Face weight is the amount of fiber in ounces per square yard. Generally, a higher face weight signals a better quality carpet, assuming that carpet height doesn’t change. Aim for a carpet with at least a 35 to 40 oz. face weight and a lower pile height.

• The number of tufted rows per inch indicates the compactness of the carpet pile.

These ratings range from three to 5,000 (correlating to the number of tufted rows per inch), and the higher the better for areas that receive a lot of wear, according to the Rug and Carpet Institute. While you’re at it, note the tuft twist, or the number of fiber twists in a one-inch length of carpeting. Highly twisted fiber holds its shape longer, so aim to pick one with a tuft twist of five or higher.

To simplify your search and ensure a top-end purchase, inquire about industrial grade carpeting. Carpet grade is a shorthand system, numbered 1 through 12, for determining overall carpet quality, from low- to high-end. Each carpet manufacturer weighs all of the aforementioned quality factors individually to grade their own products, so there is no standard system for determining grades. Instead, to ensure maximum longevity, ask about stair-specific recommendations or even about “industrial grade,” which is the type of carpeting used in public spaces like theatres and restaurants.

The Best Carpet for Stairs, Solved!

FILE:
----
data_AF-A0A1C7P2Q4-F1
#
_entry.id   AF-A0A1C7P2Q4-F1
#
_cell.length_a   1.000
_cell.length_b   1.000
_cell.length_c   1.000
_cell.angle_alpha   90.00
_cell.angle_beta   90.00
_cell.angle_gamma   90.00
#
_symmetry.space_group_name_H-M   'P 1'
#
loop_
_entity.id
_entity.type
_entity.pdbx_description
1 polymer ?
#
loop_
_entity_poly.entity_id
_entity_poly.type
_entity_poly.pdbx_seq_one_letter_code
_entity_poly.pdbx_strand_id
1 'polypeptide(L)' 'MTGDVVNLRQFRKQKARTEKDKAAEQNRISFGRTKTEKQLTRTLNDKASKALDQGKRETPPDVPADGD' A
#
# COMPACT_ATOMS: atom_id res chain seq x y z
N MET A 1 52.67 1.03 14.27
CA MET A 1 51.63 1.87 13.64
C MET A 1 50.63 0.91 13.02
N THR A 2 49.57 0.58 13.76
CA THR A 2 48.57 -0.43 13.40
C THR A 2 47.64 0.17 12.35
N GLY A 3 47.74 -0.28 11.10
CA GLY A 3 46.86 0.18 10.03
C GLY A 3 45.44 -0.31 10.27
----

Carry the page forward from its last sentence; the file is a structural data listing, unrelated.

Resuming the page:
Photo: istockphoto.com

Pick a carpet color that covers dirt and stains. You may love creams and ivories, but your stairs won’t. High foot traffic increases the likelihood that your light carpeting will soon look dingy. Find a happy medium by selecting deeper neutrals, like taupe and coffee. Some manufacturers offer heathered shades—subtle blends of complementary colors—that will camouflage dirt more readily than monochrome carpets.

Back with a thin, firm carpet pad rather than a thick, spongy one. It won’t feel as bouncy, but the thinner cushion (often made from foam, rubber, wool, felt, and synthetic fiber) will hold up better and provide a more stable surface. Experts at the Carpet and Rug Institute suggest selecting one with no more than 3/8 inch thickness and with 8 pounds density to back the low-profile carpet used on stairs. Choose a high-grade pad, which will extend the lifespan of your carpeting. Check with the carpet’s manufacturer for any additional recommendations.

RELATED: How To: Install Carpeting on Stairs

Not every warranty is the same. You may find carpets with 10- to 25-year warranties, even “stair specific” warranties. However, when comparing options, be careful and ask the tough questions. What does the manufacturer really cover? Sometimes only defects are replaced, not normal wear and tear, and other times certain aspects of the warranty won’t apply to the carpet on stairs (see The Home Depot’s warranty comparison for the carpeting it carries as an example). Those warranties may not be worth the extra money.

Weigh the pros and cons of going with a brand name. Branded carpeting can offer many advantages, including good customer service (on account of the reputation they have to uphold) and availability in major home improvement stores. That said, the hype may not be worth the extra money if the warranties do not provide the full protection guarantee you desire. On the other hand, branded nylon carpets are treated with certain stain-protection technologies while those more affordable generic options may not be. When considering your stairs, think longevity over instant savings.